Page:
Melbourne’s west end is dominated by courts, the lawyers offices, the associated lunch and coffee places; it is not an area of the city that I regularly explore as both street art and art galleries are rare in the area. However, this year I have been in the area as I have been covering the Paul Yore trial. I did find some street art off Healeys Lane, a large stencil work by E.L.K. and some paste-ups by Sunfigo and there are a few public sculptures by Paul Montford, Andrew Rodgers, Tom Bass and Robert Juniper.

E.L.K., You are free...

E.L.K., You are free…

Flagstaff Gardens is like a suburban park in the city, the children’s playground, the adult’s playground (tennis courts and bowls), the residual base of small bandstand and the expanse of lawn. Its hill no longer affords much of a view but there is a Gothic revival sandstone obelisk monument to estimated six pioneers who were buried at its summit,  in 1871 the Department of Public Works then commissioned Samuel Craven, one of the stonemasons who campaigned for an eight hour day, to carve a memorial to mark the site of what was once called Burial Hill. Paul Montford’s bronze sculpture The Court Favourite stands further down the hill near the tennis courts.

Andrew Rodgers, City Living, 1996

Andrew Rogers, City Living, 1996

Andrew Rogers City Living, 1996 is a series of bronze figures of naked men, women and a baby rising up on hemisphere fans of bronze are up on a plinth. It is a kind of modern vision of escaping to an abstract spirit. Central Equity Homes commissioned the sculpture in June 1995 and donated it to the city in 1996. The sculpture is sort of hidden away a little way down Jeffcott Street; I saw it from the hill of Flagstaff Gardens.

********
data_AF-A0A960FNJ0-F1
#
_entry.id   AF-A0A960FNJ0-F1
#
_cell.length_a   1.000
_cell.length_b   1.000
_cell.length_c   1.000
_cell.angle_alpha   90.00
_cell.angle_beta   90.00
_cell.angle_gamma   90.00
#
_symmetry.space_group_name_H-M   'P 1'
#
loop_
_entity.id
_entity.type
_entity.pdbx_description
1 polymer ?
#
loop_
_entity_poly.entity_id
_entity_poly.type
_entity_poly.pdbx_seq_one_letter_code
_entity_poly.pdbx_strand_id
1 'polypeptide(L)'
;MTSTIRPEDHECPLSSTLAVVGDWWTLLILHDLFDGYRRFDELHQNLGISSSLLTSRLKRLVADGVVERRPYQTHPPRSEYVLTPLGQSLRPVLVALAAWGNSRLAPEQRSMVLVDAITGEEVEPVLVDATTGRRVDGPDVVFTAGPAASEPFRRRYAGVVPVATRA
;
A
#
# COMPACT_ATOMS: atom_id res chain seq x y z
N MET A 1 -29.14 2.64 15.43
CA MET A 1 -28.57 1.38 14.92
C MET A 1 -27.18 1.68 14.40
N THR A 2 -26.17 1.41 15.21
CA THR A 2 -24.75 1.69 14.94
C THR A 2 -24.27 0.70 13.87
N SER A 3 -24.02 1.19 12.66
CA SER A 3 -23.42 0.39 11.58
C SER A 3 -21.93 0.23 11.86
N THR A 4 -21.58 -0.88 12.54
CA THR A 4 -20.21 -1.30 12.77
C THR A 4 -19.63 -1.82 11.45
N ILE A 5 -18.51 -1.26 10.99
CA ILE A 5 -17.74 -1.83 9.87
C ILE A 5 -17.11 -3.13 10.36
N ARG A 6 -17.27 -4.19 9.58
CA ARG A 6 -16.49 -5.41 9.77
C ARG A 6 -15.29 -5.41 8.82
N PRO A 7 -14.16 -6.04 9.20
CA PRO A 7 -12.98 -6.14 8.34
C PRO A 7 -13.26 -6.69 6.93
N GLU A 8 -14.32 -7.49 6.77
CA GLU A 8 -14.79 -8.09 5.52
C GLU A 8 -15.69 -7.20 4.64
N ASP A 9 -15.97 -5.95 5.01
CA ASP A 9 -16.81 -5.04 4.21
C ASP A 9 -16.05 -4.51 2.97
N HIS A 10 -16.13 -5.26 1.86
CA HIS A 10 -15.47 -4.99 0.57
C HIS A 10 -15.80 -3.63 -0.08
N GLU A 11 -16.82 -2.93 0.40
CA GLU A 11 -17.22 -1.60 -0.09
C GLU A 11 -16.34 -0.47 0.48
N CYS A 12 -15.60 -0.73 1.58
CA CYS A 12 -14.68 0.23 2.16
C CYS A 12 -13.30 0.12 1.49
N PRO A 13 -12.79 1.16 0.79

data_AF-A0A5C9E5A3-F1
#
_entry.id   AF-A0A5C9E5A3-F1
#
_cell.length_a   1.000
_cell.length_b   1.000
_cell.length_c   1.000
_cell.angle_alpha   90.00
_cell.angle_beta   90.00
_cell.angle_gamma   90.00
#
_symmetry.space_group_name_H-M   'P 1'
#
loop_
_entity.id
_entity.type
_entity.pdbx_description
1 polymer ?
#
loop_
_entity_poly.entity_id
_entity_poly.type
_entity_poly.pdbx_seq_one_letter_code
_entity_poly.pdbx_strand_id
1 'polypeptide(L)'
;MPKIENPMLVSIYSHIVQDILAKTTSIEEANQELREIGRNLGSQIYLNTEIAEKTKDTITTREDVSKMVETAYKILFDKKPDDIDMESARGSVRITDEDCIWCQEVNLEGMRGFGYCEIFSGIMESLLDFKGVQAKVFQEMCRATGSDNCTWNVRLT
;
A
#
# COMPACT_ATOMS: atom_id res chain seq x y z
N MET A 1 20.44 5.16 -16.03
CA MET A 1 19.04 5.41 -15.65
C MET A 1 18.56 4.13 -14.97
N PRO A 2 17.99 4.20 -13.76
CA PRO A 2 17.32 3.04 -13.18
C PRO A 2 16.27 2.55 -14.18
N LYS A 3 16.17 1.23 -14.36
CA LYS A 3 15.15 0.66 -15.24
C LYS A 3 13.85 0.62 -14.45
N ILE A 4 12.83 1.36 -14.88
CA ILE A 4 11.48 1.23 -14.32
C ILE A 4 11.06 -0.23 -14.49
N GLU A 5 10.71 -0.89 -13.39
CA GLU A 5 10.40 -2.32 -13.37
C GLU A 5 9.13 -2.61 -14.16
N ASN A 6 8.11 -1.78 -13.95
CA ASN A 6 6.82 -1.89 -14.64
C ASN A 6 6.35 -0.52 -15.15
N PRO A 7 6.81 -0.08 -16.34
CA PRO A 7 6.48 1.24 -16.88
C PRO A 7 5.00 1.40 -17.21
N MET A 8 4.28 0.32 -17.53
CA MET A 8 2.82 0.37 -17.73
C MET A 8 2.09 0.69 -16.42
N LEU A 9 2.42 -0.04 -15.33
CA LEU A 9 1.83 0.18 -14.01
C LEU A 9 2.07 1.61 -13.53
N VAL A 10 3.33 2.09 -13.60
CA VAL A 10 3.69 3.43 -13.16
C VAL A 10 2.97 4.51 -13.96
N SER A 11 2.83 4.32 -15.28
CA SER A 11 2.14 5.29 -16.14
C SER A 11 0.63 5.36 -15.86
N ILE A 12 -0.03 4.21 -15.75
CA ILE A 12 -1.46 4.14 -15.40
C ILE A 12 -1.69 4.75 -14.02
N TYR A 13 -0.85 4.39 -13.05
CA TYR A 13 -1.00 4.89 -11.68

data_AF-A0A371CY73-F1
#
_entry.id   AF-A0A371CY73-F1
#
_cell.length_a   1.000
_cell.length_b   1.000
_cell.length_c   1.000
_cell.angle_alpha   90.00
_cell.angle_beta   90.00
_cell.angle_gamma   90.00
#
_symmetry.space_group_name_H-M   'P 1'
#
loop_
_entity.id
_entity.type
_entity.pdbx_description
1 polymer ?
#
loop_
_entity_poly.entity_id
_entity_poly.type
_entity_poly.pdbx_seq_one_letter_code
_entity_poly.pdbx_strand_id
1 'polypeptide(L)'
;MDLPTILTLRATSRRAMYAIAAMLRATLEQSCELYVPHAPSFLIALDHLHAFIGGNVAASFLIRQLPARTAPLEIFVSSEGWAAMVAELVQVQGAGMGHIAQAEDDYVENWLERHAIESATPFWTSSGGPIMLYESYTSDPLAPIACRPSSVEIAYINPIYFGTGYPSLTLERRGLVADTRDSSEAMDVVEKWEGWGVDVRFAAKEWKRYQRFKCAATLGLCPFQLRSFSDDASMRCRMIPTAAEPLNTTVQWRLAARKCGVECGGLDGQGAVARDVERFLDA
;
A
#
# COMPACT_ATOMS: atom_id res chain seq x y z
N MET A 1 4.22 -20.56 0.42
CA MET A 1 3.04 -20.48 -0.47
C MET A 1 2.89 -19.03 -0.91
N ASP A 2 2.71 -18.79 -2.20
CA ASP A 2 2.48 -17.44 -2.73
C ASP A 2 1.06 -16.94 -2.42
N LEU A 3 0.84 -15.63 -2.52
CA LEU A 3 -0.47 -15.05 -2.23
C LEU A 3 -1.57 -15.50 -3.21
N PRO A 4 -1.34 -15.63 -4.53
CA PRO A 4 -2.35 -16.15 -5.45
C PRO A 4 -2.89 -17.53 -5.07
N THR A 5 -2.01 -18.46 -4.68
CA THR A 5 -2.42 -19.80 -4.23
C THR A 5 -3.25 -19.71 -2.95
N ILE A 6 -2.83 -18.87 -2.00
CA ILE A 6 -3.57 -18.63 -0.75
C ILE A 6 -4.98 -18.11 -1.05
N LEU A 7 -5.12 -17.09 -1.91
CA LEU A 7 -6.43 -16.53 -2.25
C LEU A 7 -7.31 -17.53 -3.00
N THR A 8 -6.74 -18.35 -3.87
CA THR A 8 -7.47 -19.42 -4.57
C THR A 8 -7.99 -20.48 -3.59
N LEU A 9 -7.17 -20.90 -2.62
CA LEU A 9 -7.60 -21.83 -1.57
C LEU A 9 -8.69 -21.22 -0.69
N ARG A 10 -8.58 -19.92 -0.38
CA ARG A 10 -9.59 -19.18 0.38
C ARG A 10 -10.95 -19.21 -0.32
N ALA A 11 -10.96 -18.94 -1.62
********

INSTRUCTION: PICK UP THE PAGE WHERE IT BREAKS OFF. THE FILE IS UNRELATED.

Andrew Rogers, Rhythms of the Metropolis,

Andrew Rogers, Rhythms of the Metropolis,

There is another sculpture by Rogers nearby on the Queen and Lt. Bourke Streets, Rhythms of the Metropolis and more recent sculptures by him in the Docklands. Roger has a diverse sculptural practice from these modern bronzes to his gigantic dry stone wall land-art in desert locations around the world, his “geoglyphs”.

Tom Bass, Transportation, 1963-64

Tom Bass, Transportation, 1963-64

High on the wall of 160 Queen Street is Transportation 1963-64 by Sydney sculptor, Tom Bass. The figure with aeroplane wings stands in a boat triumphantly holds aloft a wheel, perhaps representing modern transportation. The form of the figure resembles a secular crucifix, this is modernism looking back to the ancient ways of representing ideas. In the niche beneath the sculpture is a small circle of benches and wheelchair ramp.

Robert Juniper, “Shadow Form III", 1988

Robert Juniper, “Shadow Form III”, 1988

BHP House at 140 William St. was constructed between 1967 – 1972 and added Robert Juniper’s Shadow Form III out the front in 1988. Shadow Form is steel simplified organic form, a clump of steel plants amidst the glass and steel canyons of Melbourne’s central business district. The steel sculpture is appropriate for a steel framed building and for the former headquarters of the steel producer. The plinth provides seating mostly used by office workers eating their lunch.